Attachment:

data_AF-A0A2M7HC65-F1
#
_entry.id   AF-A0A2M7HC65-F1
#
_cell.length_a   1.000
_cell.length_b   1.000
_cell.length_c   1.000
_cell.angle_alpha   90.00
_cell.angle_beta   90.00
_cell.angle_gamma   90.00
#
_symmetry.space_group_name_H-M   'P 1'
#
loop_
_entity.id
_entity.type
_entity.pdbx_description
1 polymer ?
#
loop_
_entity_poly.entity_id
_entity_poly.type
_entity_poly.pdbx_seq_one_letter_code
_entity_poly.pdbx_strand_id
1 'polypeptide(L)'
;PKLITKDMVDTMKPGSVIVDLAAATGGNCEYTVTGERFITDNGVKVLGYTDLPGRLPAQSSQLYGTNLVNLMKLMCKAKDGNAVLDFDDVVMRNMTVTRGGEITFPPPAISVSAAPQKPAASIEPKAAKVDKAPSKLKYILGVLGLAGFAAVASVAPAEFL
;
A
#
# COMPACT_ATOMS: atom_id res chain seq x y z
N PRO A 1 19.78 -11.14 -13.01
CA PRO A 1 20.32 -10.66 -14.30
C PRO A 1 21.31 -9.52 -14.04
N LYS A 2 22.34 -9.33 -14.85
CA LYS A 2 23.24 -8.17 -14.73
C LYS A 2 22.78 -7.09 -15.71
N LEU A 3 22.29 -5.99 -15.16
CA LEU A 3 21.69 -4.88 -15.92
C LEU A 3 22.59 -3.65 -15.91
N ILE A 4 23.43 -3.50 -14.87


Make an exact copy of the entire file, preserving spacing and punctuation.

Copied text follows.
data_AF-A0A2M7HC65-F1
#
_entry.id   AF-A0A2M7HC65-F1
#
_cell.length_a   1.000
_cell.length_b   1.000
_cell.length_c   1.000
_cell.angle_alpha   90.00
_cell.angle_beta   90.00
_cell.angle_gamma   90.00
#
_symmetry.space_group_name_H-M   'P 1'
#
loop_
_entity.id
_entity.type
_entity.pdbx_description
1 polymer ?
#
loop_
_entity_poly.entity_id
_entity_poly.type
_entity_poly.pdbx_seq_one_letter_code
_entity_poly.pdbx_strand_id
1 'polypeptide(L)'
;PKLITKDMVDTMKPGSVIVDLAAATGGNCEYTVTGERFITDNGVKVLGYTDLPGRLPAQSSQLYGTNLVNLMKLMCKAKDGNAVLDFDDVVMRNMTVTRGGEITFPPPAISVSAAPQKPAASIEPKAAKVDKAPSKLKYILGVLGLAGFAAVASVAPAEFL
;
A
#
# COMPACT_ATOMS: atom_id res chain seq x y z
N PRO A 1 19.78 -11.14 -13.01
CA PRO A 1 20.32 -10.66 -14.30
C PRO A 1 21.31 -9.52 -14.04
N LYS A 2 22.34 -9.33 -14.85
CA LYS A 2 23.24 -8.17 -14.73
C LYS A 2 22.78 -7.09 -15.71
N LEU A 3 22.29 -5.99 -15.16
CA LEU A 3 21.69 -4.88 -15.92
C LEU A 3 22.59 -3.65 -15.91
N ILE A 4 23.43 -3.50 -14.87